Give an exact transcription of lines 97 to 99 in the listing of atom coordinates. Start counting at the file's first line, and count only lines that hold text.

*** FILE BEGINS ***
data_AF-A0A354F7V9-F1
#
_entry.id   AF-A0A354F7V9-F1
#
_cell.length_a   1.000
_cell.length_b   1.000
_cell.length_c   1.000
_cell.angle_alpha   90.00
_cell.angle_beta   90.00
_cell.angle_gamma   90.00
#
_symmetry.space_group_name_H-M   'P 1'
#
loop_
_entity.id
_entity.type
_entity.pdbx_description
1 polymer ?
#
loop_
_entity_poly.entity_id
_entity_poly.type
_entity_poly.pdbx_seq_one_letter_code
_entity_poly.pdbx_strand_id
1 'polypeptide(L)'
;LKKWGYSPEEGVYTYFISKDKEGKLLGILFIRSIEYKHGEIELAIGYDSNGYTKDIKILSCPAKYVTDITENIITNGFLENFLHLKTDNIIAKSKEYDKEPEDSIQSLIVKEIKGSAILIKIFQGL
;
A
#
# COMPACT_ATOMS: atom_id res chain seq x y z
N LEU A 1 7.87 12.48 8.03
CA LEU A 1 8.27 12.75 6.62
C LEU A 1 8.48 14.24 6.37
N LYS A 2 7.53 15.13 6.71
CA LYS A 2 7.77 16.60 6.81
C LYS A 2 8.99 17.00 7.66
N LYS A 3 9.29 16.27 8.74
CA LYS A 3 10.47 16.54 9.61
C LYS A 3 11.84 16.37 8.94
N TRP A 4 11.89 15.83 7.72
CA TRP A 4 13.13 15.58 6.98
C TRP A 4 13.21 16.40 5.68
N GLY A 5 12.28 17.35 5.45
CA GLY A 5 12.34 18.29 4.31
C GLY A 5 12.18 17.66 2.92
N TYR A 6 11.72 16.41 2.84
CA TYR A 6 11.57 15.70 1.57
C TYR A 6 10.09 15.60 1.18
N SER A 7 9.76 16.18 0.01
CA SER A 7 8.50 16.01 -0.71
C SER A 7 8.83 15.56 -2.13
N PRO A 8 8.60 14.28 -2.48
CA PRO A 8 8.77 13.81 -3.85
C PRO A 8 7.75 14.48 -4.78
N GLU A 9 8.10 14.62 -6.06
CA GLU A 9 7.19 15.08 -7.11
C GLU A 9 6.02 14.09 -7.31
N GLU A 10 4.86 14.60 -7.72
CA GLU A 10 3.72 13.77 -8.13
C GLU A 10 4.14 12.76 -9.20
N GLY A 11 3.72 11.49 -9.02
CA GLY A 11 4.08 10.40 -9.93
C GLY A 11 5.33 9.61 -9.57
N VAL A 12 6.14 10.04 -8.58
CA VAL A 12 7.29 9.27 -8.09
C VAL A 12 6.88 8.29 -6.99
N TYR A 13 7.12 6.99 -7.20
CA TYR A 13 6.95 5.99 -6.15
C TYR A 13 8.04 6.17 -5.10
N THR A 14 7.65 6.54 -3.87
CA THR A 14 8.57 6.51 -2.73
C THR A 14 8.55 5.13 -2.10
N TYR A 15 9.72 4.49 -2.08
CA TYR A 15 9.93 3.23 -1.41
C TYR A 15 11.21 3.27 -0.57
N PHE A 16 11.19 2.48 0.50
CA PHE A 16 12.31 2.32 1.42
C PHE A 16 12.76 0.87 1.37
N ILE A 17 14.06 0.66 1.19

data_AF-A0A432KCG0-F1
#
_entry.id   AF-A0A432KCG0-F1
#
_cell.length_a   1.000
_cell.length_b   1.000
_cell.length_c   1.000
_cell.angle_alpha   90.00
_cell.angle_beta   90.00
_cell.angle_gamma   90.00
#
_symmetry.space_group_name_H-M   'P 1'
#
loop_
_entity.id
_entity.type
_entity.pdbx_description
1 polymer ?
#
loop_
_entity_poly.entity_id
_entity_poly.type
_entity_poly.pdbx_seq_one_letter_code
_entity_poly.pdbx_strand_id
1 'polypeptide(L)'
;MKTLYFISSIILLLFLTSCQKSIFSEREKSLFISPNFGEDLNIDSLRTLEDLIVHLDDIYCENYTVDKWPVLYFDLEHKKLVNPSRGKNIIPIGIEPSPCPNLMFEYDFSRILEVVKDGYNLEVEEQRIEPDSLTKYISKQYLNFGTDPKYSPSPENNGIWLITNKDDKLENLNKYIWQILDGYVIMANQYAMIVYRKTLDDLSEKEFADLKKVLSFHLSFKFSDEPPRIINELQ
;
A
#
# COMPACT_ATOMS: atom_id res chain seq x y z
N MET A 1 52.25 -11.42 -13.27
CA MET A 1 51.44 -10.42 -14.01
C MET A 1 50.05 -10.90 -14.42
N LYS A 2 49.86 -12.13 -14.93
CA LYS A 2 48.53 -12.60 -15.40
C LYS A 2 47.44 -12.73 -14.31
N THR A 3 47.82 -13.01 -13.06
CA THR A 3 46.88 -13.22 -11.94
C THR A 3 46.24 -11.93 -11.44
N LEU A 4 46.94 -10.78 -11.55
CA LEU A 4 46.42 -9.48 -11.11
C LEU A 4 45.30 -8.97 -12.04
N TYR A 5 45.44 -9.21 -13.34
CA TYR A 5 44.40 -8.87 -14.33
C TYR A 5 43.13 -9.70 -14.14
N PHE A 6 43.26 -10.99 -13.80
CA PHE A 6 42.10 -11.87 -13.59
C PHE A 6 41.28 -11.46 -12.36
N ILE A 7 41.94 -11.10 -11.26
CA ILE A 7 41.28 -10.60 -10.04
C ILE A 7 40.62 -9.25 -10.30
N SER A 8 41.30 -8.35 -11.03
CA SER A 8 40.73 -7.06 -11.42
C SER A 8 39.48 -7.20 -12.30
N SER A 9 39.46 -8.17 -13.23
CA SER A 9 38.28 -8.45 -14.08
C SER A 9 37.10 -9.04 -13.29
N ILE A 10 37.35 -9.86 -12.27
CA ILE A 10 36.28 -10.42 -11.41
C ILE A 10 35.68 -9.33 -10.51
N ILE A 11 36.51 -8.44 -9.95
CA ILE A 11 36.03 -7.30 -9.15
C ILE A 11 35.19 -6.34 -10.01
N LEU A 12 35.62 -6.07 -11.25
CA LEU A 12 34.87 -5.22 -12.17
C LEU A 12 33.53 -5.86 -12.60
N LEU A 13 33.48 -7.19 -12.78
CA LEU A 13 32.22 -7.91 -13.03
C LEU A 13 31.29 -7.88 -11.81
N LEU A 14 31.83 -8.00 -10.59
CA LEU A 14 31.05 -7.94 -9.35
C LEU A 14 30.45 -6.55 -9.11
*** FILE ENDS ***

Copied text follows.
1 polymer ?
#
loop_